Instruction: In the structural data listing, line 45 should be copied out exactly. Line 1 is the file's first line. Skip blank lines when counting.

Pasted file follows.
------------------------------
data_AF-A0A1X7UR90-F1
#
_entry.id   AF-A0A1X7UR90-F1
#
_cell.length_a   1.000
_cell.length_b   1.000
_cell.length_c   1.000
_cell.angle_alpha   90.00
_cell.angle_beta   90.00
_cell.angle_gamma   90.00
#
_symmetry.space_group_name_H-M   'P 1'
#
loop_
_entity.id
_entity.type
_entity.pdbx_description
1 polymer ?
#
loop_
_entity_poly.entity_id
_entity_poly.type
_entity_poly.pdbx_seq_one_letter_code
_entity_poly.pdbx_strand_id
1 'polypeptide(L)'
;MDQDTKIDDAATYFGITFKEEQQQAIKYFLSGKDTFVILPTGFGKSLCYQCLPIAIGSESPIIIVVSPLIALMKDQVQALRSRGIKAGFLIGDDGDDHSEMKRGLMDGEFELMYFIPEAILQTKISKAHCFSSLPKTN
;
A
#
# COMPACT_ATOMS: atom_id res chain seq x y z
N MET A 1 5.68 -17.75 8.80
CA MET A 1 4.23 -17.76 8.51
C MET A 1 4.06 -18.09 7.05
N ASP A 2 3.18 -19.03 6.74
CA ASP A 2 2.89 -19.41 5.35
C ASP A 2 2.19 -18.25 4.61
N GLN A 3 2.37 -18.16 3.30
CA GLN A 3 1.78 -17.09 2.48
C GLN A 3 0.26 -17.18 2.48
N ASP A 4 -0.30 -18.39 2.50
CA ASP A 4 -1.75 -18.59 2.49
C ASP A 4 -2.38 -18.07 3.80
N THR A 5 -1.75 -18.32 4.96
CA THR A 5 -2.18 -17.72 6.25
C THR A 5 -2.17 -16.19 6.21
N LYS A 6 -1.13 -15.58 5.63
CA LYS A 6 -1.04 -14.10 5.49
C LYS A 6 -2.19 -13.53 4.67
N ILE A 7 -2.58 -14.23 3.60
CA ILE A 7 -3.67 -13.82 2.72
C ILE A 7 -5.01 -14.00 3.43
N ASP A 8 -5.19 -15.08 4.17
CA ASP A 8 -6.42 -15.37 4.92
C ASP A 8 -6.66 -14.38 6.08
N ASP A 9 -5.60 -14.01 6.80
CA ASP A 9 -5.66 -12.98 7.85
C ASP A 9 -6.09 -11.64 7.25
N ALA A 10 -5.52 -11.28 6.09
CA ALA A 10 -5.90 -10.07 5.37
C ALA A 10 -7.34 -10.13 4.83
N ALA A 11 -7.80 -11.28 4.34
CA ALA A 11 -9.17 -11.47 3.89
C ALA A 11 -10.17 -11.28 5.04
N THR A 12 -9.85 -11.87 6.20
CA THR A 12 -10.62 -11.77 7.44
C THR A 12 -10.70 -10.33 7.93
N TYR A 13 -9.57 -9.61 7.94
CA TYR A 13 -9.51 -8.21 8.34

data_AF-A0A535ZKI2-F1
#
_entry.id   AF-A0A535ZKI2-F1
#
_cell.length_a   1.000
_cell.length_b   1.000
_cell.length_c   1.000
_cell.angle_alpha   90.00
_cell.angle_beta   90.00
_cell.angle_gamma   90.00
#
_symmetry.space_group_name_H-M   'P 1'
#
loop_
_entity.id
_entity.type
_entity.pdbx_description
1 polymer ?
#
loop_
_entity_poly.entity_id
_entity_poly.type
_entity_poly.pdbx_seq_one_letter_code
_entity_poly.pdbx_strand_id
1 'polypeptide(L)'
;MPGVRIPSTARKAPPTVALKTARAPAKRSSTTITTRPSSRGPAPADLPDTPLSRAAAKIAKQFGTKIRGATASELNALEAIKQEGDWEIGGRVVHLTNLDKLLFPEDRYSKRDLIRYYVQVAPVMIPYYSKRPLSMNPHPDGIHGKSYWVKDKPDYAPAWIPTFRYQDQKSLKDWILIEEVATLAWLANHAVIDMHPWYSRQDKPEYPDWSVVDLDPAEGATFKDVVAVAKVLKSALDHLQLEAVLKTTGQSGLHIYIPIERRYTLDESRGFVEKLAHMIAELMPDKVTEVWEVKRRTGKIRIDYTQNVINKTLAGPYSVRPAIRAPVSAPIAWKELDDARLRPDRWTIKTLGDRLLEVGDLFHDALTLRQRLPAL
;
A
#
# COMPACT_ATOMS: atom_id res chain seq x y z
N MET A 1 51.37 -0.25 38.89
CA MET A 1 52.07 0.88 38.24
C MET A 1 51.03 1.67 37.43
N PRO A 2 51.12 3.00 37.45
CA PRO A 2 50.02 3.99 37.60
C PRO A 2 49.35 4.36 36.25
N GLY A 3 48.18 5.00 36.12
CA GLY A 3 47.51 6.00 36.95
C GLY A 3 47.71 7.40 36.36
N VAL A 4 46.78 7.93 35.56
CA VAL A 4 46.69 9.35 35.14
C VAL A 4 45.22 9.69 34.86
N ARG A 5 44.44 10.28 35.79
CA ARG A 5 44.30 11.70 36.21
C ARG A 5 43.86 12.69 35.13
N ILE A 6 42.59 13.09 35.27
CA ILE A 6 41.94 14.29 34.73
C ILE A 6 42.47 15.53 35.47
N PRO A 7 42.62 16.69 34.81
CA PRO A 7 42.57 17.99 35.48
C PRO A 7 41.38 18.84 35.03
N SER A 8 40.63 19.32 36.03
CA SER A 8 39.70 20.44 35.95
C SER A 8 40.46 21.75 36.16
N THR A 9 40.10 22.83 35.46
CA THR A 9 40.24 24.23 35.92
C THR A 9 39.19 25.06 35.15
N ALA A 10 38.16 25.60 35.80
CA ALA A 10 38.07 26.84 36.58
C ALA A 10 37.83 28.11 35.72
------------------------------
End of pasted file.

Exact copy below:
C THR A 5 -2.17 -16.19 6.21